Eisner, E. (2002). The arts and the creation of mind. New Haven, CT: Yale University Press.

Efland, A. (2002). Art and cognition. New York: Teachers College Press.

Fleming, M. (2012). The Arts in Education. Abington: Routledge.

Hickman, R. (2005). What is art? Bristol: Intellect.

Hickman, R. and Heaton, R. (2016). Visual Art. The SAGE Handbook of Curriculum, Pedagogy and Assessment. London: SAGE

Sternberg, R. Sternberg, K. (2012) Cognition. (6th ed.) Canada: Wadsworth, Cengage Learning.

 

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Tate Modern: Language, Learning and Litchenstein

Sometimes we can underestimate the power of art to promote dialogue and language development. After a thought provoking day at the Tate Modern Art and Language Workshop, working with the enthusiastic multimedia artist Emma Hart my understanding of the power of art to provoke words has spiralled. The relationship between thought, words, art and interpretation is compelling; without a doubt exploring contemporary art with children could influence literary development and fuel enthusiasm and creativity.

Here are some great activities experienced on the day that you could use to engage children with works of art: the value being to make the work encountered accessible for all and to give pupils a voice!

Before and After Thoughts…

Observe the work encountered. What piece of work did the artist make prior to this one? How? Why?

What came next? Can you draw it, act it, explain it?

Word Worm…

As a group create a line encompassing the work. Each person says one word to create a sentence about the work… what meaning is evoked? Word play and power evoke your imagination.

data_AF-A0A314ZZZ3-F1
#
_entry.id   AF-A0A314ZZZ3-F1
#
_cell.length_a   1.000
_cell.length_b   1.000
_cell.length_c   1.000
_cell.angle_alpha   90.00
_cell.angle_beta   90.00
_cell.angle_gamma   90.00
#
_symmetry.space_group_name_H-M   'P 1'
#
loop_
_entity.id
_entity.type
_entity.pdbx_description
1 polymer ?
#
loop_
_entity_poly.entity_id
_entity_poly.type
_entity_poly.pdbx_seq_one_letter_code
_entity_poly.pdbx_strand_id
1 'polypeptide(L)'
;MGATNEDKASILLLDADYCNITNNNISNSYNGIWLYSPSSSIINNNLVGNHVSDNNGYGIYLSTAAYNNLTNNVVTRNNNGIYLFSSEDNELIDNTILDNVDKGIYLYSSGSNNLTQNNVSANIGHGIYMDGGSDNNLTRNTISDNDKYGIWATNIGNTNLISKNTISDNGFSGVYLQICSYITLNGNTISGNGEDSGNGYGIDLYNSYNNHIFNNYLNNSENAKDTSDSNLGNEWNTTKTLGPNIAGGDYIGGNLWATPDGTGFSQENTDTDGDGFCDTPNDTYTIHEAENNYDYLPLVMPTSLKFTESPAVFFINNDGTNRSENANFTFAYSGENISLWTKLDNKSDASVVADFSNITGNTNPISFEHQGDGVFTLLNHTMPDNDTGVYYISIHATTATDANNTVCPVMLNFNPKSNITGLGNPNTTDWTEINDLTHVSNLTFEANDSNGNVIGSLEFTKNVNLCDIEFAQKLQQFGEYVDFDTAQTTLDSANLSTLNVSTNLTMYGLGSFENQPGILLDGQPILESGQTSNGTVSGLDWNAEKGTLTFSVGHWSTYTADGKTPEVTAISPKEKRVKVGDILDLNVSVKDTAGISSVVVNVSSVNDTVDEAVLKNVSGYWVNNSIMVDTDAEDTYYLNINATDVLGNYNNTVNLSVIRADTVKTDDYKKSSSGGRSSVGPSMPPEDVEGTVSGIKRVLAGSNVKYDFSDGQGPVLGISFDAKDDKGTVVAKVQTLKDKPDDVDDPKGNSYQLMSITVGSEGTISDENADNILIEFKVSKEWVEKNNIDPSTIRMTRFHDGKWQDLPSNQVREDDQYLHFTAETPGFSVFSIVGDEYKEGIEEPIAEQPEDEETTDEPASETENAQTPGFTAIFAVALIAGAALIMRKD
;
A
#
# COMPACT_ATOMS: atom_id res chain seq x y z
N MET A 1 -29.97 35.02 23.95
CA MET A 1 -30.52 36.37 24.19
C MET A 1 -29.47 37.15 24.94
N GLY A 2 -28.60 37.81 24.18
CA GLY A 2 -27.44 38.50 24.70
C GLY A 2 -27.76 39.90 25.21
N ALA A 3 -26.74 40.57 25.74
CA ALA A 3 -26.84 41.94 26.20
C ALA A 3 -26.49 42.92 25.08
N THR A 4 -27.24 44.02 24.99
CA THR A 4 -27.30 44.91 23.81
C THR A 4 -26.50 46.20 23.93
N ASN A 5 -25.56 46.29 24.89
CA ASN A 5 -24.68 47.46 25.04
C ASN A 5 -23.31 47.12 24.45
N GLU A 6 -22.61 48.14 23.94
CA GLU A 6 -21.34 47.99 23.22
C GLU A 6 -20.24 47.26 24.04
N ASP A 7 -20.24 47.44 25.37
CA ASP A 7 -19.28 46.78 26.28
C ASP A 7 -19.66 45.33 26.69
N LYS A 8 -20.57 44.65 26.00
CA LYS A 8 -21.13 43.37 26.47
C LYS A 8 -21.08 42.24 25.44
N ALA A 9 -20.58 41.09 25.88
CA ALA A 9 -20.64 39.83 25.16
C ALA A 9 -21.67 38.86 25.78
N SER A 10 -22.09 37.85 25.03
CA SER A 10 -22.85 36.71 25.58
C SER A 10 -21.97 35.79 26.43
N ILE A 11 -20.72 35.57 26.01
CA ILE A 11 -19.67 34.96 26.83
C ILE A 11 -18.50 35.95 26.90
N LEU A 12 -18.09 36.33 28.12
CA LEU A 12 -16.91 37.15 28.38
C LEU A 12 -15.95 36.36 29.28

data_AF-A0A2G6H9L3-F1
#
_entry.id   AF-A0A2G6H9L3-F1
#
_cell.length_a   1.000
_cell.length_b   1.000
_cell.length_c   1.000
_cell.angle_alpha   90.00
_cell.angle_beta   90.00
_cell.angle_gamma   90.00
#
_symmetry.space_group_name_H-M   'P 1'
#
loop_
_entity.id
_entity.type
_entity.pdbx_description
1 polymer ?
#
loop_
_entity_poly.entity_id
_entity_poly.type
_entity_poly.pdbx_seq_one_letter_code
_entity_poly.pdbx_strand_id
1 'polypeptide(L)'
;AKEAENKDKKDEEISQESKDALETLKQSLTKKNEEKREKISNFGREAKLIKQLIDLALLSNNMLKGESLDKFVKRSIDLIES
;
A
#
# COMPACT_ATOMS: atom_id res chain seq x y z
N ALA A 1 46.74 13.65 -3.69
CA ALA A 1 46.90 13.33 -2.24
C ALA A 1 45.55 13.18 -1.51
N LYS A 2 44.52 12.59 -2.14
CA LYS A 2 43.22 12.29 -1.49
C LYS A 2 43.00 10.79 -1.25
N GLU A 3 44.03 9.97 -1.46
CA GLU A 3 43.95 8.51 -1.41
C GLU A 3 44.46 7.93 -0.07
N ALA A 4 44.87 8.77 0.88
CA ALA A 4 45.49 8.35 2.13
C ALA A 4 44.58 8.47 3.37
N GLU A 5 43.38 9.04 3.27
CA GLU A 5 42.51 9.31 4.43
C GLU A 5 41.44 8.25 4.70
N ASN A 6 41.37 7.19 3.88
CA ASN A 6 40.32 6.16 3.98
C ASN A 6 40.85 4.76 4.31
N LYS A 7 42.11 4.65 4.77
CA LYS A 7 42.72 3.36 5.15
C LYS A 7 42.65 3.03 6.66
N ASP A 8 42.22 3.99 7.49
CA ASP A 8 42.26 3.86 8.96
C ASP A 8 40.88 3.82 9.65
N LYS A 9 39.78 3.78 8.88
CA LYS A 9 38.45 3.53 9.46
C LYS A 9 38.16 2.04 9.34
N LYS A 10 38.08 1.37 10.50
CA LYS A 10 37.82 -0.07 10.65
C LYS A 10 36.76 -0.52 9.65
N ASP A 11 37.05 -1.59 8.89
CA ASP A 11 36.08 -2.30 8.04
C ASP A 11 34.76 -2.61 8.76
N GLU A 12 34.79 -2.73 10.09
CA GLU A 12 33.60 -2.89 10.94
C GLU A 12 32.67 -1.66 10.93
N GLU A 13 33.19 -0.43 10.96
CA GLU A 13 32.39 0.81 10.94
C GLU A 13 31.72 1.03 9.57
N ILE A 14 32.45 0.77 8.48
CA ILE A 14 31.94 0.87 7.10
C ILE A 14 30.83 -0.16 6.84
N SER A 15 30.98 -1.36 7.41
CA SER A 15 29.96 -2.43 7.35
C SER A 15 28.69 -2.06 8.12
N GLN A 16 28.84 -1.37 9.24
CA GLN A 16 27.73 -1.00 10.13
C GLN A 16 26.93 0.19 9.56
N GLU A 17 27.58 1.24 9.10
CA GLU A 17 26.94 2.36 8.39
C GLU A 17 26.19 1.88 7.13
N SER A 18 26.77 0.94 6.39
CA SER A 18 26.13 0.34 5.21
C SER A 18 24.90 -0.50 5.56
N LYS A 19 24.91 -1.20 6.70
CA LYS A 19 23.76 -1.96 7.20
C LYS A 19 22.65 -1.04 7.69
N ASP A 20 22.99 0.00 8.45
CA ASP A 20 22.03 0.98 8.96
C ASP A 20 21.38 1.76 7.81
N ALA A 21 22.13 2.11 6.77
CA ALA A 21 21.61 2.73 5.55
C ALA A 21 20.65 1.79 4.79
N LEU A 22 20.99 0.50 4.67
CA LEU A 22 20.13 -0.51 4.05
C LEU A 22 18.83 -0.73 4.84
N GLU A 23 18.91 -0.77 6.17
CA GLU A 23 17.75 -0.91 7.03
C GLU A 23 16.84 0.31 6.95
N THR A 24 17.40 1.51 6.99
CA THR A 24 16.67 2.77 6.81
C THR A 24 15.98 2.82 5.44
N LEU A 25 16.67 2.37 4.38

Verb or Verbalising…

Explore how the artwork makes you feel on viewing. In pairs observe the artwork, one person writes down the verbs the other partner is vocalising to describe how they are feeling in the space. Remember to vocalise verbs that you are feeling/ encountering- trembling, questioning, sweating rather than those about the artwork. Look inwards- art may have the ability to evoke a response in us. Explore language: adjectives, similes, metaphors  and have fun!

Emma Hart and the Tate team really inspired the way that I will approach my own teaching uniting art and language highlighting how important social collaboration is in this process; so thank you also to all participants who took part and have changed my thinking.

Whaam! 1963 by Roy Lichtenstein 1923-1997

Another highlight was the Roy Litchenstein exhibition, a must see! I was blown away by the diversity and quantity of the work he created, famed for his pop art the exhibition really brought to light the vast influences from advertising (again showcasing the power of word play), movements such as Art Deco and the work of a whole range of influential artists- was Litchenstein inspired or making a statement about their testimonials? The viewer can decide….